For the Left and for Bengal, it's Future Tense
Amit Sengupta Delhi
"Capital has no ideology or colour": Buddhadeb Bhattacharjee's pathbreaking 'communist' doctrine finally devastated him at Jadavpur, his own constituency, and in all of West Bengal, in an unprecedented but inevitable defeat for the CPM-led Left Front. But that is not the only reason why the Orwellian big brother lost so badly in what was once the imagined revolutionary landscape and utopia of the Bengali conscience and dream, ravaged and ruined by the theory and praxis of the 'Official Left' itself.
The armed gangs of the CPM, the Harmads - aligned with, patronised and protected by the state police and bureaucracy in all these years of extra-constitutional subversion of the party and State apparatus all over the remotest corners of the state - could not even retrieve for them the underground 'Maoist terrain' of Lalgarh and Jangalmahal, nor even their own traditional bastions of Purulia, Bankura and Midnapore. In recent times, after the first relentless police atrocities against innocent adivasis, following the landmine attack on the chief minister's convoy at Salboni, the entire area has been reeling under the onslaught of multiple violence by the Maoists, the CPM goons, and security forces. Many Maoists, CPM cadre, ordinary villagers, and alleged informers have been killed in cold blood, fake encounters, revenge, left as mementos on streets and village bylanes for the world to see, in a mindless bloodletting which has often stalked the CPM regime's legacy in the last 34 years.
That they are still finding arms in ponds, rooftops, homes and offices of CPM local cadre, in this area, is testimony, that Maoists are not the only 'armed' outfits operating in the Bengal countryside. This does not deny the fact than several CPM cadres have been killed brutally by the Maoists in this endless blood game of multiple murders for territory and political power. Ironically, even as Manmohan Singh calls Maoists the 'biggest internal security threat', its main ally in Bengal actually aligned with the Maoists, including in this election. The truth is, the Maoists have struck a chord with many sections in Bengal, including the middle classes.
Add the atrocities in Lalgarh, and this area (including Purulia, Bankura and Midnapore) was made to order for the Maoists. Trapped in abysmal poverty, backwardness and malnourishment, the poor eat cooked rice soaked in water (panta bhaat) in the evening itself, instead of in the morning, perhaps, if they are lucky, with a boiled potato. This, after a hard day's work on daily wages, where the NREGS has lost momentum. Even CPM insiders will tell you that Jyoti Basu somehow held the broken and shattered scaffolding together; Buddhadeb just let it go asunder, especially after Nandigram. Witness the food riots in Bankura and Purulia, against corrupt CPM goons who had captured the public distribution system. Or the simmering anger against the 'red jotedars' - new landlords who subverted Operation Barga, land reforms for the farmers.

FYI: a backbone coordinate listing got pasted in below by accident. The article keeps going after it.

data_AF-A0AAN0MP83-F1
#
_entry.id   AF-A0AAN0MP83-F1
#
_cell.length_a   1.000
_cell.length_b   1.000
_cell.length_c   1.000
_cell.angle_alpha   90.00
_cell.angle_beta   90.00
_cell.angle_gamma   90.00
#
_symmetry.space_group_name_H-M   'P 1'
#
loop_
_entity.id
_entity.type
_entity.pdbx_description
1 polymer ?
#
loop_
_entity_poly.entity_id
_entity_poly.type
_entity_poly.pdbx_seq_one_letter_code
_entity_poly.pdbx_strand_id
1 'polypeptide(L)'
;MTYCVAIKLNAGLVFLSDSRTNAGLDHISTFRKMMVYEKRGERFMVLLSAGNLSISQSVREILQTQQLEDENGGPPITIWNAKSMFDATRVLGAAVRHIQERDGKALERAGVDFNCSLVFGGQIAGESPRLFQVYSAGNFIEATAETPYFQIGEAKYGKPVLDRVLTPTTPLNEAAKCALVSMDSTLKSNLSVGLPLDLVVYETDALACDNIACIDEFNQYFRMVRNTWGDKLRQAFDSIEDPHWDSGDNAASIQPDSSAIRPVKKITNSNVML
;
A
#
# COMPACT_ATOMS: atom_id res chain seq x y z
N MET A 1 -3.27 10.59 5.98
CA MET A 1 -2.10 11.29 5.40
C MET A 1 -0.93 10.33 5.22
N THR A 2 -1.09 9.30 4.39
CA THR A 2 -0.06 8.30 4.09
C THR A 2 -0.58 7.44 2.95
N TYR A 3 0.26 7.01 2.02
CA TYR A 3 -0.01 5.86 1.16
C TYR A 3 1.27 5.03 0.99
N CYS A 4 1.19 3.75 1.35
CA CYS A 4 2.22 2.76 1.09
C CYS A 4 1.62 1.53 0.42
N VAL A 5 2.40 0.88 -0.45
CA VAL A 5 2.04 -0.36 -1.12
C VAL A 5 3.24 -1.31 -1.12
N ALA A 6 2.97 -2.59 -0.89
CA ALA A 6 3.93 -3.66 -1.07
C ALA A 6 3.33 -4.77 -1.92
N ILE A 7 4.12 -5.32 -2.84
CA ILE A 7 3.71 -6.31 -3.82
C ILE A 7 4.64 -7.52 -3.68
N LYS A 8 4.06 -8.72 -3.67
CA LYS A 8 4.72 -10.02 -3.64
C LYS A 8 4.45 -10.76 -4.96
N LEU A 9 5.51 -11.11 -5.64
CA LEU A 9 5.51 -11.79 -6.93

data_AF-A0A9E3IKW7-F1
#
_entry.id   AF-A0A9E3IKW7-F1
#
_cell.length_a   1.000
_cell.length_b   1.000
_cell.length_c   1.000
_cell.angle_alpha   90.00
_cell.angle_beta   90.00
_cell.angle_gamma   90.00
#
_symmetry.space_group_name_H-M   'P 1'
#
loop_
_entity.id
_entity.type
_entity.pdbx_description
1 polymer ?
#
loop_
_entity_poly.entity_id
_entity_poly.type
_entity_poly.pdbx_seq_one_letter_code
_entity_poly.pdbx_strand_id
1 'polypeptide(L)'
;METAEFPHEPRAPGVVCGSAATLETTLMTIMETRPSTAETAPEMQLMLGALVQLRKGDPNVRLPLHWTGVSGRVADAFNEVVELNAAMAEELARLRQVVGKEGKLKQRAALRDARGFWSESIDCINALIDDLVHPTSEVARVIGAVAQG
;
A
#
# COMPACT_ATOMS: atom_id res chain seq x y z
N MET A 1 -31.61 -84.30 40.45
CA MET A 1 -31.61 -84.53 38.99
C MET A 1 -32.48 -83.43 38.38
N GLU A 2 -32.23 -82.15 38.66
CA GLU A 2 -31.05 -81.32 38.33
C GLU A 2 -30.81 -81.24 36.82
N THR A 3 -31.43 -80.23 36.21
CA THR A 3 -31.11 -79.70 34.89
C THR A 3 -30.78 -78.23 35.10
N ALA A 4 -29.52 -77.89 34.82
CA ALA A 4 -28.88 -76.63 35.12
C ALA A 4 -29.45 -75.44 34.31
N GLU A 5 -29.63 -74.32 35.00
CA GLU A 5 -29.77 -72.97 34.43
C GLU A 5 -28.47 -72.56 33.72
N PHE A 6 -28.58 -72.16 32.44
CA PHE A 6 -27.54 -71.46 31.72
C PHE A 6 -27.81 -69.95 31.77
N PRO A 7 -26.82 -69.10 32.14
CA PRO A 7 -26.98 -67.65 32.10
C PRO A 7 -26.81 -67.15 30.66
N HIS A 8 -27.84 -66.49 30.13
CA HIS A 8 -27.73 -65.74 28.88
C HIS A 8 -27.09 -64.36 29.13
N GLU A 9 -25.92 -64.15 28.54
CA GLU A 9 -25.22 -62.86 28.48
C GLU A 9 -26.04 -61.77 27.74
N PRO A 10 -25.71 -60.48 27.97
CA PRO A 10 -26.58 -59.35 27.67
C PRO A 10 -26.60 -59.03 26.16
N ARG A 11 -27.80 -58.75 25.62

Near Kolkata, in villages near Chengail, where the Hoogly flows, live hundreds of jobless jute workers of shut factories, turned rootless. Some committed suicide. There was no red flag to show them the way.
In Radhanagar in district Hoogly, the birthplace of Raja Rammohan Roy, and a landscape which marks the great history of the Bengal Renaissance, death due to snakebites are common, especially during floods, and the pathetic state of the government medical system is stark; even in case of ordinary fever, often the poor paramedics actually cook a little rice for their patients, as they sleep with them on the floor all night in a thatched hut, waiting for the fever to subside. In the evening they assemble at the Raja Rammohan Library to tell their tragic tales, aware that they are 'illegal' - "But what to do, we can cure small diseases, what to do with the big ones, when a snake bites?" In other places you would find them cycling with their patients for miles, often crossing flooded rivers wearing nothing but a towel, and looking for 'higher, professional medical help'. People die of minimalist diseases in poor villages, even as the hospital systems have all but collapsed.